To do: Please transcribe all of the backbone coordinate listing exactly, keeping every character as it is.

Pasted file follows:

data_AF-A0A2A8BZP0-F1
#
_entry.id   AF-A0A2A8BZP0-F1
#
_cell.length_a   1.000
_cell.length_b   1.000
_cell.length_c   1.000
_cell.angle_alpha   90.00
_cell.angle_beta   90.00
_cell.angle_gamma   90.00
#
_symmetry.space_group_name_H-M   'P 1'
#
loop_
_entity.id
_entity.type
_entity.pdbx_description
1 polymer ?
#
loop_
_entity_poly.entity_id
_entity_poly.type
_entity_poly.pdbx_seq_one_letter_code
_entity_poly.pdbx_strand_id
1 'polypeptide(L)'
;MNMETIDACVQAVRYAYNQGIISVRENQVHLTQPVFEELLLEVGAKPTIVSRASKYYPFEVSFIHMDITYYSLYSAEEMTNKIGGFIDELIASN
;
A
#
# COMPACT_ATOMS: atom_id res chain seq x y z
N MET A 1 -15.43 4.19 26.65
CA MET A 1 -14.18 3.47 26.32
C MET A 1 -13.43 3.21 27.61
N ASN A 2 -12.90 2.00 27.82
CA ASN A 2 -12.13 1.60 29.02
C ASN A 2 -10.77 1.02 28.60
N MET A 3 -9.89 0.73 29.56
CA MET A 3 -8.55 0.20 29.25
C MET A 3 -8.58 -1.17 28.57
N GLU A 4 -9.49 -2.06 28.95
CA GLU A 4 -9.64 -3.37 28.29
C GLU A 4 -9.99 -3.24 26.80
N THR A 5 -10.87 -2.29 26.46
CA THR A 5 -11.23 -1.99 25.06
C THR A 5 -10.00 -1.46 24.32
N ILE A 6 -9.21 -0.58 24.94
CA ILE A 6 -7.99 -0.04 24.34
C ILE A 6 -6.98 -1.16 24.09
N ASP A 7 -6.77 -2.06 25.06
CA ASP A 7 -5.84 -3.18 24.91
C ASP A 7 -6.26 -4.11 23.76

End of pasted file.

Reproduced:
data_AF-A0A2A8BZP0-F1
#
_entry.id   AF-A0A2A8BZP0-F1
#
_cell.length_a   1.000
_cell.length_b   1.000
_cell.length_c   1.000
_cell.angle_alpha   90.00
_cell.angle_beta   90.00
_cell.angle_gamma   90.00
#
_symmetry.space_group_name_H-M   'P 1'
#
loop_
_entity.id
_entity.type
_entity.pdbx_description
1 polymer ?
#
loop_
_entity_poly.entity_id
_entity_poly.type
_entity_poly.pdbx_seq_one_letter_code
_entity_poly.pdbx_strand_id
1 'polypeptide(L)'
;MNMETIDACVQAVRYAYNQGIISVRENQVHLTQPVFEELLLEVGAKPTIVSRASKYYPFEVSFIHMDITYYSLYSAEEMTNKIGGFIDELIASN
;
A
#
# COMPACT_ATOMS: atom_id res chain seq x y z
N MET A 1 -15.43 4.19 26.65
CA MET A 1 -14.18 3.47 26.32
C MET A 1 -13.43 3.21 27.61
N ASN A 2 -12.90 2.00 27.82
CA ASN A 2 -12.13 1.60 29.02
C ASN A 2 -10.77 1.02 28.60
N MET A 3 -9.89 0.73 29.56
CA MET A 3 -8.55 0.20 29.25
C MET A 3 -8.58 -1.17 28.57
N GLU A 4 -9.49 -2.06 28.95
CA GLU A 4 -9.64 -3.37 28.29
C GLU A 4 -9.99 -3.24 26.80
N THR A 5 -10.87 -2.29 26.46
CA THR A 5 -11.23 -1.99 25.06
C THR A 5 -10.00 -1.46 24.32
N ILE A 6 -9.21 -0.58 24.94
CA ILE A 6 -7.99 -0.04 24.34
C ILE A 6 -6.98 -1.16 24.09
N ASP A 7 -6.77 -2.06 25.06
CA ASP A 7 -5.84 -3.18 24.91
C ASP A 7 -6.26 -4.11 23.76